Hot Sportster Frame Mod

With Crash Damage Repair

1. A mockup of the new motor parts is imperative before proceeding with final bike assembly. You don't want to learn after you paint or powdercoat your frame that the motor isn't going to fit properly. Here, the empty engine cases were guided into the frame...

2. ...before fastening the front and rear motor mounts.

3. After snugging up the case mounts, the S&S; cylinders were placed into their bores. At this point no gaskets were used. It's easy enough to measure the thickness of the base, head, and rocker-box gaskets to determine how much taller the final assembled motor will be. The measurement will only be an approximation, and it will be on the larger side due to compression of gaskets during final assembly.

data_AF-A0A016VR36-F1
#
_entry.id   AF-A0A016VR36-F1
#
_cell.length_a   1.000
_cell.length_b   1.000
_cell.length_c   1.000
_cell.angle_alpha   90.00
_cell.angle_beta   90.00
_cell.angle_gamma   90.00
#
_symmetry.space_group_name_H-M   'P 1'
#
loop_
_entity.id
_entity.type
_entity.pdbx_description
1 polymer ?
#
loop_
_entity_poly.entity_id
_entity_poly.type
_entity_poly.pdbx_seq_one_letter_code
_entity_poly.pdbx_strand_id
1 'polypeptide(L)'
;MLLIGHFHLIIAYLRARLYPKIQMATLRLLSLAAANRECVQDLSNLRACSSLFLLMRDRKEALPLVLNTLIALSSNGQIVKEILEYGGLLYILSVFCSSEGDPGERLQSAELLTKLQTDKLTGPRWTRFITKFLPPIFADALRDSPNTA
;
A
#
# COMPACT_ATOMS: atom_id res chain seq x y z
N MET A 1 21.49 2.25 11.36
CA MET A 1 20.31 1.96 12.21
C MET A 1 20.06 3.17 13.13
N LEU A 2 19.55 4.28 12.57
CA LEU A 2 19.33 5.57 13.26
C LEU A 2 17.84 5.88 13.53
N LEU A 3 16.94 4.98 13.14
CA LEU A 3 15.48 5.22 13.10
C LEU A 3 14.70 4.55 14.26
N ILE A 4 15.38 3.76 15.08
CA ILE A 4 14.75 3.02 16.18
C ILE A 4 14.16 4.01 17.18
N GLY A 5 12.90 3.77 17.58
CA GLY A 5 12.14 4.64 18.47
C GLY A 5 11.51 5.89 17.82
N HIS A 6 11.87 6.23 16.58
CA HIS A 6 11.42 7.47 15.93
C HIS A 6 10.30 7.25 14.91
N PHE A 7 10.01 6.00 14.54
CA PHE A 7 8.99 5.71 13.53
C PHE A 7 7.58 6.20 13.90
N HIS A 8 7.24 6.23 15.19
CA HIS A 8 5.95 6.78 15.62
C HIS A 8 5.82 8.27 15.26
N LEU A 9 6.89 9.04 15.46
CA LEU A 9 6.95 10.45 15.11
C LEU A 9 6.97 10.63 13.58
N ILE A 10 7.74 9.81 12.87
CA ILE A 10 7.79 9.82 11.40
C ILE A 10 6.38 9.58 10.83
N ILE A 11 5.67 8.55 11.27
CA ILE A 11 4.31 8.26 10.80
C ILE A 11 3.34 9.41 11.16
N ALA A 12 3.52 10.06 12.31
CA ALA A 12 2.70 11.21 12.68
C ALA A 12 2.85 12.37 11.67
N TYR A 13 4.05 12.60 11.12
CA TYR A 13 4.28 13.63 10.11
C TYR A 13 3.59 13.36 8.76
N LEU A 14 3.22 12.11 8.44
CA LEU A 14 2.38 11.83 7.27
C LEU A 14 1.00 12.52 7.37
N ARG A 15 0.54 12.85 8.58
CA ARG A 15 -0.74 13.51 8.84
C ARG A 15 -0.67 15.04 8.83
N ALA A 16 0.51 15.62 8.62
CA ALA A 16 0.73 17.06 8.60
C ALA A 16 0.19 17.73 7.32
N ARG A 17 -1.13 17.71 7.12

4. S&S; cylinder heads were added next, followed by...

5. ...the rocker boxes. All was fine with clearance on the front cylinder assembly. However, the rear assembly was too tall to fit under the frame's backbone. There wasn't any room to slide the rocker box over the head, let alone have enough clearance for the rocker cover. In addition, the rear of the rocker box interfered with the frame's seat post. A silver marker was used to approximate the height of the rocker box. This part of the frame would need clearancing.

6. Dave decided to pinch the backbone to obtain the proper amount of clearance. He needed 1/2-inch of extra room in the frame. A C-clamp was placed around the backbone tubing, then heated with an oxy-acetylene rosebud torch. A piece of round bar stock was placed under the clamp to produce a uniform and clean dimple in the tubing.